Live review: Moloko Eve's Club, London

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The Independent Culture
"Sniverling [sic] little bunny/ Bouncing up and down/ Scummy little creature/ Run them out of town..." Despite the echo of its terrifying tango, Moloko's molten opening number, "Killa Bunnies", is impossible to watch from the end of a 30ft tailback winding forlornly down the chicane of this club's snaky entrance. Every other hiss from the stage is blotted by shrieks of fury from the excluded crowd until the heavies at the door are summarily stampeded. The band's name, Russian for milk, seems too innocuous to inspire such incendiary behaviour.

Purveyors of a contagious madness, Moloko are not at all innocuous. This Sheffield twosome - 23-year-old Roisin Murphy and former Cloud 9 acid- jazzer Mark Brydon, 34 - may weave an Alice In Wonderland charm into their sound, they may claim Moloko is their "dark child" gibbering nursery rhymes, but it's faux naivete. What they deliver is as deeply disturbing as a sexually precocious tot.

The pair met two years ago at a party, when Murphy sidled up to Brydon and crooned, "Do you like my tight sweater?" Brydon replied: "There's a tune in that", and, according to myth, they were recording it two hours later. On disc, their sound is a trippy mix layering P-funk, jungle, heavy dub and techno-pop upon which Murphy skitters her random word association. It's spooky, but the real thing is more alarming. Shaking her sleek Louise Brooks bob and gyrating like a severely misshapen paperclip, Murphy snarls like Freddy Krueger, purrs like Shirley Temple. Choosing and discarding personalities, she's a seductive Eartha Kitt selling slo-mo sleaze on "Dominoid". It's like jaunty Portishead, or deeply insurrectionist Deee- lite.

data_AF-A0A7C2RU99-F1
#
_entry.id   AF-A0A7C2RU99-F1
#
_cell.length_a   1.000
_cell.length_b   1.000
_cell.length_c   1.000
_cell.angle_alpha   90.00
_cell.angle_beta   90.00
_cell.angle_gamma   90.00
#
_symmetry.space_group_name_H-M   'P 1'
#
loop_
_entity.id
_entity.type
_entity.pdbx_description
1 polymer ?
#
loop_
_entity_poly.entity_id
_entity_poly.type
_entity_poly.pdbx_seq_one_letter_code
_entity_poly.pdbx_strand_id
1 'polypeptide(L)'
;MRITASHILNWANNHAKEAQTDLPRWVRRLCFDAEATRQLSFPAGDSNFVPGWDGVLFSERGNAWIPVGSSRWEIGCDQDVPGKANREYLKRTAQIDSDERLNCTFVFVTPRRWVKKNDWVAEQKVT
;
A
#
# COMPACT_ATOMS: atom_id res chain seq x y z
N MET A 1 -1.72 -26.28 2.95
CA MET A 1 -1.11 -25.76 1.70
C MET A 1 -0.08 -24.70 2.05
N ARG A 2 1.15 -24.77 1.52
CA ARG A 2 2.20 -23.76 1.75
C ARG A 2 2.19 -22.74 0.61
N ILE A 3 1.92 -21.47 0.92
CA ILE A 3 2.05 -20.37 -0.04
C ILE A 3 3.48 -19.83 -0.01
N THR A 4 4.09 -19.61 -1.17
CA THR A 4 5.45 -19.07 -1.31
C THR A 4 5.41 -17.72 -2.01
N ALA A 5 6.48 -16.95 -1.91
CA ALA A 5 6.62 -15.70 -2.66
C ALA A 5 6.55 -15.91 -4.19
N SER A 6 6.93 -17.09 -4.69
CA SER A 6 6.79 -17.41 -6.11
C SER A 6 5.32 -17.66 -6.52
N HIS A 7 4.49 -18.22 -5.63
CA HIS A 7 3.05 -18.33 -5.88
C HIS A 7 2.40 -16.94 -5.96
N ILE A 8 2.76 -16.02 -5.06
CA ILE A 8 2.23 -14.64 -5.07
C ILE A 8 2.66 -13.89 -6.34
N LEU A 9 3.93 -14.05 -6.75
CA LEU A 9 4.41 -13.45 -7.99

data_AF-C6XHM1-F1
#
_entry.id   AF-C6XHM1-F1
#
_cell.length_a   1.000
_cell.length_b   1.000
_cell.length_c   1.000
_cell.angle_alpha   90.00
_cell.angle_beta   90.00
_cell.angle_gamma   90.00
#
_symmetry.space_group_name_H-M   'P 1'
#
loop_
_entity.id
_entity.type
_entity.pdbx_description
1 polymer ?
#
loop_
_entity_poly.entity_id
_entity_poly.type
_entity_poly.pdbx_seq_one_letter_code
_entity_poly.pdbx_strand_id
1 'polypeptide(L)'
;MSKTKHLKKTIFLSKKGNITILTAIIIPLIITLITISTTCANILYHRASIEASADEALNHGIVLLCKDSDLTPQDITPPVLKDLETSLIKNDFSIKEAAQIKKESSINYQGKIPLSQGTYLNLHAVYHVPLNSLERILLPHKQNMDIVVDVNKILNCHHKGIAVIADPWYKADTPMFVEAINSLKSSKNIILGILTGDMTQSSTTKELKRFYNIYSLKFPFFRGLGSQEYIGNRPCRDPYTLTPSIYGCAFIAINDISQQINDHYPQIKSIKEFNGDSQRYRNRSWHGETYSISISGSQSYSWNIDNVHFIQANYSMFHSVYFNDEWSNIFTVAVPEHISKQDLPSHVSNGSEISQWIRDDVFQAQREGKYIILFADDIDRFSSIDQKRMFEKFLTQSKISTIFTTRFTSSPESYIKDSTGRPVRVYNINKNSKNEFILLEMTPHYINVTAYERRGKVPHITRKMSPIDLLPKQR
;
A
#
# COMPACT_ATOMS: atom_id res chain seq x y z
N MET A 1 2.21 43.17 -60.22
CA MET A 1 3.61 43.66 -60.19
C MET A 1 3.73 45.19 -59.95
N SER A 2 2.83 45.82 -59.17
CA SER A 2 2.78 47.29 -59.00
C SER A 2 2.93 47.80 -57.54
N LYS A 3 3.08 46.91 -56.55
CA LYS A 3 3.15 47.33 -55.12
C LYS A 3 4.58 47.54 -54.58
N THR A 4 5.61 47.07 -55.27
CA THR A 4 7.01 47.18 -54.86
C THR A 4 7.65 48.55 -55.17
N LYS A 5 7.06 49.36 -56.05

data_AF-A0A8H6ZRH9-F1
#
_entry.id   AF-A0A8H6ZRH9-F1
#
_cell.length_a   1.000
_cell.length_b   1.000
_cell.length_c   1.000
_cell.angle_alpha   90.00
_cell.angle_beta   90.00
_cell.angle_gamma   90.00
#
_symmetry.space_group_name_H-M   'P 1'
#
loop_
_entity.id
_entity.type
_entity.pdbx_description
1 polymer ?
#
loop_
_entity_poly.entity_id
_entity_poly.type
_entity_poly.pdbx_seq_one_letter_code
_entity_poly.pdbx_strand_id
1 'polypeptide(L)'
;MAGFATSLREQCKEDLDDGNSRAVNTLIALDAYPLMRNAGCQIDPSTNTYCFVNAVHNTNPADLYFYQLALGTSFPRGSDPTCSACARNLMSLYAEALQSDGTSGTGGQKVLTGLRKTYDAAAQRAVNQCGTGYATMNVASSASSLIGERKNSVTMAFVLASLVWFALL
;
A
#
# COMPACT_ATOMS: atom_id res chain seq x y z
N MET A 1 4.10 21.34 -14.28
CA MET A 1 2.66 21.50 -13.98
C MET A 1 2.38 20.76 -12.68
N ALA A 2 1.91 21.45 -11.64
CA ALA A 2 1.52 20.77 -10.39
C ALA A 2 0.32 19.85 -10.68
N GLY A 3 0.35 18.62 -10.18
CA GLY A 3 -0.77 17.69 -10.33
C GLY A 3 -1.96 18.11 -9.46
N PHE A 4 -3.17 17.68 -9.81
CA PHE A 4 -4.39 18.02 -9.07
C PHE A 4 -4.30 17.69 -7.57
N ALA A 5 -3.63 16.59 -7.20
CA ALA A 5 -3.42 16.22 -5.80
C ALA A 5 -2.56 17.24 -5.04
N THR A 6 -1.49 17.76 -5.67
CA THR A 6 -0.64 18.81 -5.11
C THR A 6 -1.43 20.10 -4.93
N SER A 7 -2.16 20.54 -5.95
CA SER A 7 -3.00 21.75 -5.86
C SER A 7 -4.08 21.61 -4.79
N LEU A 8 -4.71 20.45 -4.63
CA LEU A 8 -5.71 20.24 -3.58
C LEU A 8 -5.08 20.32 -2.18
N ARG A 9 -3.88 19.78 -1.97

Hidden at the side of this Twin Peaks-style mayhem, Brydon can just be glimpsed concentrating on his keyboards, but when Murphy introduces the rest of the band - drummer and two dreadlocked guitarists - her voice assumes an upper-class drawl of zooming psychosis and it's impossible to decipher names. "Those crazy beats, those crazy beats," she chortles, shifting her rubber-clad hips and high on her own languid gobbledygook. Stalking amid the decorative scrum of plastic fruit and matted ivy round the stage, Murphy dips into the existential debate of "Where Is the What if the What is in Why?" and holds forth against slide guitar and samba- brushed drums for an android cover of Cole Porter's "It's Alright With Me". By the time the band depart the stage one by one, the audience is wailing like a bagful of kittens.

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